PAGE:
CBK relaxes Covid curbs on banks’ dividend pay
The Central Bank of Kenya (CBK) has loosened restrictions on dividend payments by commercial lenders as the country recovers from the Covid-19 economic fallout.
Multiple bank executives reckon that the banking regulator has dropped its tough stance on dividends, freeing lenders to resume payouts to shareholders.
The CBK last August asked commercial banks to seek its approval ahead of paying dividends for the year ended December, which saw top lenders freeze payments.
The dividend caution came as bank earnings plunged in the first half of last year, hit by higher provisions for bad loans on the back of the Covid-19 pandemic that triggered layoffs and business closures.
But the lenders have turned the corner, and most have reported triple-digit profit growth and built surplus capital as costs for loan defaults fall and banks resume lending.
This outlook has made the CBK calm, bankers say, despite the banking regulator not having issued a formal notice of loosening the restrictions imposed at the peak of the Covid-19 crisis.
“CBK was concerned on dividends and the shape they took whether cash or non-cash because at that point they were worried of liquidity in the market,” said John Gachora, the managing director of NCBA Group, which in October paid an interim dividend of Sh0.75 a share.
“Today, I don’t think they are worried and the banks have weathered Covid-19; there is enough liquidity in the market. So they are not concerned anymore,” he added.
This is in tune with global trends where regulators in the US, Europe and Australia have lifted their curbs on dividends.
Kenyan banks’ attractive dividend yields are a big draw for investors, and the signal from the CBK looks set to boost the sector’s valuation. The Nairobi Securities Exchange listed banks nearly halved their dividend payouts last year to Sh17.1 billion from Sh31.7 billion a year earlier. The dividend declined over the two years from 2018’s peak of Sh40.5 billion.
The dividend cuts came as lenders sought to preserve cash amid rising defaults and increased provision for bad debt in the wake of the Covid-19 pandemic. All lenders were required to resubmit their internal capital adequacy assessments by the end of October last year to the central bank in what reflected the impact of the pandemic.
They were also be expected to discuss their plans with the regulator, before deciding on dividends distribution.
“We are still in the environment of conserving cash but also where we see opportunities to also give dividend to our shareholders we do both, which I think is a win-win,” KCB Group chief executive Joshua Oigara said in an interview.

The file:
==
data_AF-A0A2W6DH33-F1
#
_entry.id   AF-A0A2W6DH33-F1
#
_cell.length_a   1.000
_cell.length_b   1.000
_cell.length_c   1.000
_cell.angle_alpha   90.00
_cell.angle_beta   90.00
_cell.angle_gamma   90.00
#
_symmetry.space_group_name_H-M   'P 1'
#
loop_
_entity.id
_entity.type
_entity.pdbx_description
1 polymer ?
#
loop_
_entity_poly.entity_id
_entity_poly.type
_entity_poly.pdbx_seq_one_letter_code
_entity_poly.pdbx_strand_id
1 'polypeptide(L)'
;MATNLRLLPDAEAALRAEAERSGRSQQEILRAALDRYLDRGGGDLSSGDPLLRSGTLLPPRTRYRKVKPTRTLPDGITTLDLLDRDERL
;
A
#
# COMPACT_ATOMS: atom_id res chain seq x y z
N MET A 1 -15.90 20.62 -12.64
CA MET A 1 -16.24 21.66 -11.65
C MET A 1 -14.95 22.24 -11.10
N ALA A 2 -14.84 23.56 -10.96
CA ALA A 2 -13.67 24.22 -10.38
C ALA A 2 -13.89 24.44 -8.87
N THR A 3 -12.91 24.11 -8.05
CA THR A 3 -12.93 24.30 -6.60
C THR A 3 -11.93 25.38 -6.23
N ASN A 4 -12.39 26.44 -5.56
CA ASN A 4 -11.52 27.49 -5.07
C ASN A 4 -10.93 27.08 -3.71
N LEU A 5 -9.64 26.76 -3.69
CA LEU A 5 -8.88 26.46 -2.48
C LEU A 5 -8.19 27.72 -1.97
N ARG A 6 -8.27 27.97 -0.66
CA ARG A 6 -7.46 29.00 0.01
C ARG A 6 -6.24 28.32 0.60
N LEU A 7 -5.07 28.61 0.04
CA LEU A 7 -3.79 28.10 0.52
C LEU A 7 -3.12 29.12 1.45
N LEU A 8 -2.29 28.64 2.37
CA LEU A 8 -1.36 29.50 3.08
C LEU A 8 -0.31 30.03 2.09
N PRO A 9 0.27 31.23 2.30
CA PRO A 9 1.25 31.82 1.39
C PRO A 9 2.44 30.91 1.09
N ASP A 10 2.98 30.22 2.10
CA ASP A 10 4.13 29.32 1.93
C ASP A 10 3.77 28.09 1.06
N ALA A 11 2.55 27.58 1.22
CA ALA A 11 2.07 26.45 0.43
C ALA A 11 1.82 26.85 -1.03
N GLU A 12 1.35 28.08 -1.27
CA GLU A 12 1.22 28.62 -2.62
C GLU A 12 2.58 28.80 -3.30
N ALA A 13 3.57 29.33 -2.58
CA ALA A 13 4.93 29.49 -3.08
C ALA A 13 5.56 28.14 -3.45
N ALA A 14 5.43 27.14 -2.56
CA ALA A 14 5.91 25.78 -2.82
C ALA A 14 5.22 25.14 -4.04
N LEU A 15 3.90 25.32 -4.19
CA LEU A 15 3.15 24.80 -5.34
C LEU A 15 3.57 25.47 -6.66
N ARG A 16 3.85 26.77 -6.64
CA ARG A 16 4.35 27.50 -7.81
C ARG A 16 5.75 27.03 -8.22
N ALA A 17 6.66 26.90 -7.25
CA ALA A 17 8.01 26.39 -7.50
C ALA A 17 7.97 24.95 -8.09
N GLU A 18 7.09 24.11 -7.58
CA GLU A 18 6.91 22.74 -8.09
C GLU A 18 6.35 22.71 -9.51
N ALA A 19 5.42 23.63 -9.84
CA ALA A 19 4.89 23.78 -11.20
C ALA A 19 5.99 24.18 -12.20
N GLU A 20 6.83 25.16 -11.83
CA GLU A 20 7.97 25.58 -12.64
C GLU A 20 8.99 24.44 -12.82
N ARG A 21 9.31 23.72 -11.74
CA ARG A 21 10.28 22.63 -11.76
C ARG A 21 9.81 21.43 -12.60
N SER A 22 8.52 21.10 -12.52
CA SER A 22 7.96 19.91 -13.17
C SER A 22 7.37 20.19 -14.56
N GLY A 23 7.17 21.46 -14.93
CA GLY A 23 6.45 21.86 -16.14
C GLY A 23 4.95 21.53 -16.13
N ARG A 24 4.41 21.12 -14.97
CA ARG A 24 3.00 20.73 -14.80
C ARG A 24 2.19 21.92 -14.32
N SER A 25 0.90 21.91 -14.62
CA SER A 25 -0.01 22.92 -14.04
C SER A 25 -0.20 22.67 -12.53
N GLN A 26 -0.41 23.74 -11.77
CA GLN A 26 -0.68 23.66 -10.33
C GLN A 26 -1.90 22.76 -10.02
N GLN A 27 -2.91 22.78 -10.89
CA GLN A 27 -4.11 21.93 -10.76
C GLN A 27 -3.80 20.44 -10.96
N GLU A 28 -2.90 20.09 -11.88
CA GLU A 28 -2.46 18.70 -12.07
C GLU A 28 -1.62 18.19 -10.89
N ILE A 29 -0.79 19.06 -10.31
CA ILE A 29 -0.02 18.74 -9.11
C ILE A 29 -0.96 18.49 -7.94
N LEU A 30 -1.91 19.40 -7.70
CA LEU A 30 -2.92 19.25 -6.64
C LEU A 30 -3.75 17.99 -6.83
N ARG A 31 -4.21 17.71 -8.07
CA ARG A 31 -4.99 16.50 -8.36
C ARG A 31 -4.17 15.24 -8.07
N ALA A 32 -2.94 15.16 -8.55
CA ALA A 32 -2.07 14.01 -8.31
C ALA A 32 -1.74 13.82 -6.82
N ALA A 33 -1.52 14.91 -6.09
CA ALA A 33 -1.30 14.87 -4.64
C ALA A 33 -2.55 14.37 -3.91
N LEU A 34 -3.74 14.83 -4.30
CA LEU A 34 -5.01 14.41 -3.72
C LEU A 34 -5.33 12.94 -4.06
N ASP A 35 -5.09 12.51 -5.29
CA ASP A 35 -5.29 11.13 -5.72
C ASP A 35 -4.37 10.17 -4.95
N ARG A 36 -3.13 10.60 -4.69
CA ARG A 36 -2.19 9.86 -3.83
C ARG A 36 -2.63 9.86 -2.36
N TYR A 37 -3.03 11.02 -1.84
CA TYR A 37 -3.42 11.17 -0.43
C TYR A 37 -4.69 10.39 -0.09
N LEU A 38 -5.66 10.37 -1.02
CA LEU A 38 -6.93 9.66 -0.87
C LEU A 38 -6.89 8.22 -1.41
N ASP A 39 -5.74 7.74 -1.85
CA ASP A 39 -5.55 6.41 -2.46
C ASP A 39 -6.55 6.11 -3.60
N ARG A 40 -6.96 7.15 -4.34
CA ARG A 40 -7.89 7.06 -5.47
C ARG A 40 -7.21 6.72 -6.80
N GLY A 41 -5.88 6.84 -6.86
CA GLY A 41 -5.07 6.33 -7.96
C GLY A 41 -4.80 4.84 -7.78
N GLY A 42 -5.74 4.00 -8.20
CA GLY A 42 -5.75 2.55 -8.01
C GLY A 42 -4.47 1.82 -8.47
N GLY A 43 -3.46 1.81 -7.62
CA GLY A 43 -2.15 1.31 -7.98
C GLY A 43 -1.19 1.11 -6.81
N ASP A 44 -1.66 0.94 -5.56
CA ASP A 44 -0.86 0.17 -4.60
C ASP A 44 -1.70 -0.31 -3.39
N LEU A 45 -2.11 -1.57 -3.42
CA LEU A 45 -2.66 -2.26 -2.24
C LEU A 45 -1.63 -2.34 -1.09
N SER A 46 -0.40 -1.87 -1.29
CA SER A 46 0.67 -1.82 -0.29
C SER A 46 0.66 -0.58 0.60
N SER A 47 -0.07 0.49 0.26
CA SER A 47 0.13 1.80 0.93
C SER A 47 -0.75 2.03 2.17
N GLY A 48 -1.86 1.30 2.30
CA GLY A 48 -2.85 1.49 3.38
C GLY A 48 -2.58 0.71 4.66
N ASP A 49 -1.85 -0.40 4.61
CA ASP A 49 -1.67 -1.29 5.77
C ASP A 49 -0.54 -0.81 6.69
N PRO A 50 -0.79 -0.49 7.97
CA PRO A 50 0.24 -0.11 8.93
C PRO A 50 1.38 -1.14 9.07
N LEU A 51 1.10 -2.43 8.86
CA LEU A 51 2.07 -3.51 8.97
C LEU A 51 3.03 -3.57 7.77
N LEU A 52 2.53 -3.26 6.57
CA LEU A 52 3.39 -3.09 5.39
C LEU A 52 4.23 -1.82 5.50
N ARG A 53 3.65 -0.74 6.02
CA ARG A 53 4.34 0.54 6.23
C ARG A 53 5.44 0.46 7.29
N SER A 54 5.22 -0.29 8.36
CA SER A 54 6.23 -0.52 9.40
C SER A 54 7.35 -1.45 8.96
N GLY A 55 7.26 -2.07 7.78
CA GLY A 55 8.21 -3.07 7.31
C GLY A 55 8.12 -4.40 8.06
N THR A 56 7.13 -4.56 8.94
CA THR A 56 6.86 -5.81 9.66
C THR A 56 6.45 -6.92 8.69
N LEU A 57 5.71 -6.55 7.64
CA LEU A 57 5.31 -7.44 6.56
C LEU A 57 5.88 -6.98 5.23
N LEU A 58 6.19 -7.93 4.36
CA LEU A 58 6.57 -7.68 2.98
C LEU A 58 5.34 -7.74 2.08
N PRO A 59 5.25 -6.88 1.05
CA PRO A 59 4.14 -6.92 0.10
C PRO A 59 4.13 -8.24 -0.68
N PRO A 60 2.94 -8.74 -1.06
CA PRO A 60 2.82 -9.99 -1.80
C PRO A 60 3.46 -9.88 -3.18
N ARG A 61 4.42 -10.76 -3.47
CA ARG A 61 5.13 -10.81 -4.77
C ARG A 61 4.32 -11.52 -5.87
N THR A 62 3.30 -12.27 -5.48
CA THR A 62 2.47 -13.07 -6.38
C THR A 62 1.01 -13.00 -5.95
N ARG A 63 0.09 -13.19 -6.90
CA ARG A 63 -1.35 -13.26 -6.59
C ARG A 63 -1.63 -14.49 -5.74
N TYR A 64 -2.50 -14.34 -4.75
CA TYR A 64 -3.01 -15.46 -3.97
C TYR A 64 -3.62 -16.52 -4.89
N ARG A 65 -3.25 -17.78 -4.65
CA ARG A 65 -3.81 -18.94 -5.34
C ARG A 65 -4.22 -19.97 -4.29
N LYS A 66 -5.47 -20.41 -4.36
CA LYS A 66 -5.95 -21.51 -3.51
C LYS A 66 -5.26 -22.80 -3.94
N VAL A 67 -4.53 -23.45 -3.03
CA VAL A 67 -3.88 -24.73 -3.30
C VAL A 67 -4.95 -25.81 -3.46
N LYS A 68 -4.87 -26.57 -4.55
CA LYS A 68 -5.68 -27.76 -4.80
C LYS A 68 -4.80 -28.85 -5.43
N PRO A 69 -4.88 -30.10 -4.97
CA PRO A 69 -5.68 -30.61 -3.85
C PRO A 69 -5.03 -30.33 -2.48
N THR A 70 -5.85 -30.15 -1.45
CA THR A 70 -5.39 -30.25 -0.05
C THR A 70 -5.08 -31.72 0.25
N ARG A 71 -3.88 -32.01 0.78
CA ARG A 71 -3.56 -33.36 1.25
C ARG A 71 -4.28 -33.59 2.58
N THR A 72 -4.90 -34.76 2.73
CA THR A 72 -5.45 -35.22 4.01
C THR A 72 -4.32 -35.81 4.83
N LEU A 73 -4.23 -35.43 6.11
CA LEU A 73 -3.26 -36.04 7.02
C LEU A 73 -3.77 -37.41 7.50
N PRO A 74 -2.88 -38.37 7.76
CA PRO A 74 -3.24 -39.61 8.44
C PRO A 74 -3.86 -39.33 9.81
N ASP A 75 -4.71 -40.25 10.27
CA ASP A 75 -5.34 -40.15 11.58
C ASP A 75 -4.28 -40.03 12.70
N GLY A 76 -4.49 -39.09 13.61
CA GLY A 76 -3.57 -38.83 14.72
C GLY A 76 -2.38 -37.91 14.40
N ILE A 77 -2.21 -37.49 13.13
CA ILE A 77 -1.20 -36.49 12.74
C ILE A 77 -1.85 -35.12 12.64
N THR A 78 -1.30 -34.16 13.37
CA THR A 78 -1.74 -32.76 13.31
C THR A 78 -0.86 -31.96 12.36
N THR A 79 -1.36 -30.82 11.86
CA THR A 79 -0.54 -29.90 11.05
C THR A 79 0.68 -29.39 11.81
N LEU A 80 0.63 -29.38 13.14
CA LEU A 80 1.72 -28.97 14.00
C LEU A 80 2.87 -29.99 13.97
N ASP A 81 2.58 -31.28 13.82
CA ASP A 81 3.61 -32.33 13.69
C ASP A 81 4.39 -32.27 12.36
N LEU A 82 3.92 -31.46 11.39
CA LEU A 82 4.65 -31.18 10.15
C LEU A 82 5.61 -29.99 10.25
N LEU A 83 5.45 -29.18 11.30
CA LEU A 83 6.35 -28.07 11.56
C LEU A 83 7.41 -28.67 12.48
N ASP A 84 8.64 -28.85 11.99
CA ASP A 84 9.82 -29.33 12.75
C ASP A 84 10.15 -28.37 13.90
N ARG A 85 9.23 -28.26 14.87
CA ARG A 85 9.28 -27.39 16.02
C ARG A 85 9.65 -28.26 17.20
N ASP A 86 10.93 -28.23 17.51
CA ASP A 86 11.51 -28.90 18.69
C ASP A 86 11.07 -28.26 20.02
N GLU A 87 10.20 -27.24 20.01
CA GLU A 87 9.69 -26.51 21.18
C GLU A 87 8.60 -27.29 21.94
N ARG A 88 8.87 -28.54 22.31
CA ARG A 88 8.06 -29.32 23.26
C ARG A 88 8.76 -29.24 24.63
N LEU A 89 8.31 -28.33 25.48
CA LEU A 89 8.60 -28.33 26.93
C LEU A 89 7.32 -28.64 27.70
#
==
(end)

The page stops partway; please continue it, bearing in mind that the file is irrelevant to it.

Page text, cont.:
“What CBK said was that you needed to share with them your plan for your dividend and your business focus. It was actually more of ‘give us your proposal’”.
Bankers say that the CBK is reviewing the dividends while approving the quarterly financial results. “I have not seen them have a lot of questions on dividends but they have the usual questions on financials. Within financials, we disclose dividends,” said Mr Gachora.
The lenders have signalled they will raise their dividends for this financial year, buoyed by higher earnings, increased loan repayments and reduced economic uncertainty following the removal of coronavirus-related restrictions. KCB Group, Standard Chartered Bank Kenya and Stanbic Holdings have paid or declared interim dividends totalling Sh5.7 billion.
Equity Group previously the second-largest dividend payer among banks, is also set to resume cash distributions of at least Sh9.4 billion in a move that will lift the payouts.
Equity suspended dividends in 2019 and 2020 as it sought multiple regional acquisitions that ended with the purchase of a 66.53 percent stake in Banque Commerciale Du Congo (BCDC).
KCB declared a surprise interim dividend of Sh1 per share or an aggregate of Sh3.2 billion after its net profit more than doubled in the nine months ended September. The mid-year payout indicates that its total distribution for the year ending December will surpass 2020’s distribution of Sh1 per share or a total of Sh3.2 billion.
KCB’s net income in the nine-month period jumped 131.1 percent to Sh25.1 billion compared to Sh10.8 billion a year earlier, driven by higher interest income and reduced provisions for bad debt. It joined StanChart Kenya in making a surprise interim dividend announcement for the third quarter.
StanChart proposed a payout of Sh5 per share or a total of Sh1.8 billion after its net income surged 46.6 percent to Sh6.3 billion on the back of lower costs and higher non-interest income.
This is nearly half of the Sh10.5 per share or an aggregate dividend of Sh4.1 billion that the bank distributed for 2020, indicating that its total payout for the current financial year will be higher.
This is the first time the lenders are declaring dividends for the period to September, having previously maintained a tradition of half-year to June payouts until they froze due to Covid-19.
It signals their increased confidence in better performance going into the new year.
“The economic recovery from the Covid-19 pandemic continues, albeit unevenly across industries and punctuated by supply-chain disruption,” StanChart’s chief executive Kariuki Ngari said.